“I have not failed. I've just found ten thousand ways that won’t work.” It is a famous quote by Thomas Alva Edison, a famous American inventor and businessman, in response to a question by a reporter when he finally found success in his thousandth attempt to invent a light bulb. When it comes to not giving up even after many failure, we always have the example of Edison. In a failure, after knowing that we have failed, we can actually track the path we had taken and conclude that it is not the right one. This way, we would be able to take a different path so that we could further make an attempt to succeed, just like while solving a maze. Failure always helps us, even at the most dreadful of times, to think and act differently the next time we attempt. So when the next opportunity spurs, we will be able to be prepared beforehand.
  1. It's a motivation for success
When it comes to the topic of ‘failure’, the word ‘success’ always seems to lurk and stay right at the opposite corner of the room. You may wonder, "How could ‘failure’ be a motivating factor for 'success'?" While it is true that ‘failure’ and ‘success’ seem to be quite opposite to each other, you might be underestimating the power of ‘failure’. When a person fails at something, s/he definitely won’t be motivated to do anything further. But, if a person is on the right track and sees a ‘failure’ not as a ‘dead-end’, s/he can make things out of it. As I have mentioned earlier, failing at something only means that you have just found a way that won’t work to reach to the destination that you are thriving for. That means the possibility of you finding the right way is now narrowed down.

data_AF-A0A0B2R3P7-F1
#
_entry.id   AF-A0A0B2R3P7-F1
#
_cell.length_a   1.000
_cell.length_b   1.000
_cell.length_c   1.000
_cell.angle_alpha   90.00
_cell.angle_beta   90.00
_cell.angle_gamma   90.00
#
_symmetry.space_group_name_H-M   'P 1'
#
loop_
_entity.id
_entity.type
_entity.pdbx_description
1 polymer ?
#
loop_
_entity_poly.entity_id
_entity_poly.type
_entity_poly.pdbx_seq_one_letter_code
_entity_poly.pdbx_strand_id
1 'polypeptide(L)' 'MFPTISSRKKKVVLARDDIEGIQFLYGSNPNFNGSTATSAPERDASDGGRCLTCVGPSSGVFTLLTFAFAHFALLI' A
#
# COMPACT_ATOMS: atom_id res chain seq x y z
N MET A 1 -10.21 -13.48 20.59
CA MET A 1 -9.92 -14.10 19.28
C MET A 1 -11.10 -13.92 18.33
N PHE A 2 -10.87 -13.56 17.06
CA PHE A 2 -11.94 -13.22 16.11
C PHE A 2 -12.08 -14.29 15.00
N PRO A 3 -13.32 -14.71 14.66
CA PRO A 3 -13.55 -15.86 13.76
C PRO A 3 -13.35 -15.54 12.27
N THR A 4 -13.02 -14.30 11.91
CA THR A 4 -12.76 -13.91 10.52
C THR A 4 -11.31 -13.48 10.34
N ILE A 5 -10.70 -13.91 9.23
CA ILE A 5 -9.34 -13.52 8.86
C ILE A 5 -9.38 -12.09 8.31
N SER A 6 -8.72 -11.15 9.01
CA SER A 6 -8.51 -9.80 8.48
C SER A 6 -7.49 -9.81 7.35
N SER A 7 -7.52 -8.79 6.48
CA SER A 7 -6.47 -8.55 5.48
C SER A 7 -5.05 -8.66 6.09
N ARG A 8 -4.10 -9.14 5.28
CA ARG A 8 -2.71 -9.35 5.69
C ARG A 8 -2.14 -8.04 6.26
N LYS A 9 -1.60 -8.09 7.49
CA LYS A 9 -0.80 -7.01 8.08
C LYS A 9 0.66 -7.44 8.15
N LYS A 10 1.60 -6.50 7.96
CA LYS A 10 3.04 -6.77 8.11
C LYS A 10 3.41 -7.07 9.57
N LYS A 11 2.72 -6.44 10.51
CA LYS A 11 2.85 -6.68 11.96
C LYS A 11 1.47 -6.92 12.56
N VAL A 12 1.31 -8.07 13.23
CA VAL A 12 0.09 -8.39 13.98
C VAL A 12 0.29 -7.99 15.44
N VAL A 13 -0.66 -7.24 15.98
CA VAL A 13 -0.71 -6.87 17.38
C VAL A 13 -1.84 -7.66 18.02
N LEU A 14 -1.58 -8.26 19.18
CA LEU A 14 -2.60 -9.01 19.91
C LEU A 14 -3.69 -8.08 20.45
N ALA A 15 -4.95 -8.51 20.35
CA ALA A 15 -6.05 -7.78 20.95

1. It's a spot to re-think and change
So the thing is, when you fail, it does not necessarily mean that it is a ‘dead-end’. There are a lots of possibilities and opportunities when you come to the point of failure. Three years ago, before starting my Bachelor’s Degree, I was studying journalism and I really wanted to be a journalist. However, even after finishing my course, I could not land on any job or even on an internship. This failure made me rethink about my capability as a journalist and reporter. At that point, I really regretted studying journalism. But after some time, I found an opportunity for some social work where I had to work with children. This made me interested to understand the psychology of children and research on this topic. Thus, I joined psychology class and even aced the subject. This really made me think about the possibilities a failure can present to you.
  1. Food for our brain
Just a week ago, I was surfing the internet for ‘psychology of failing’, and what I found was really interesting. I stumbled upon an article from Psychology Today, where it talked about how your brain chemicals are responsible for the let-down feelings you feel after your failure. According to the article, when you acquire a big goal, your dopamine (a chemical in your brain) spikes too high and when you don’t acquire a goal something similar to that, you will feel bad as the rate of the produced dopamine gets low. So it means that, if you fail at something your brain produces less dopamine, and as soon as you acquire something, even if it is a small achievement, it can help your ‘happy chemicals’ to have their day. For example, at the time of failure, even a small appreciation or praise can increase the production of dopamine in you.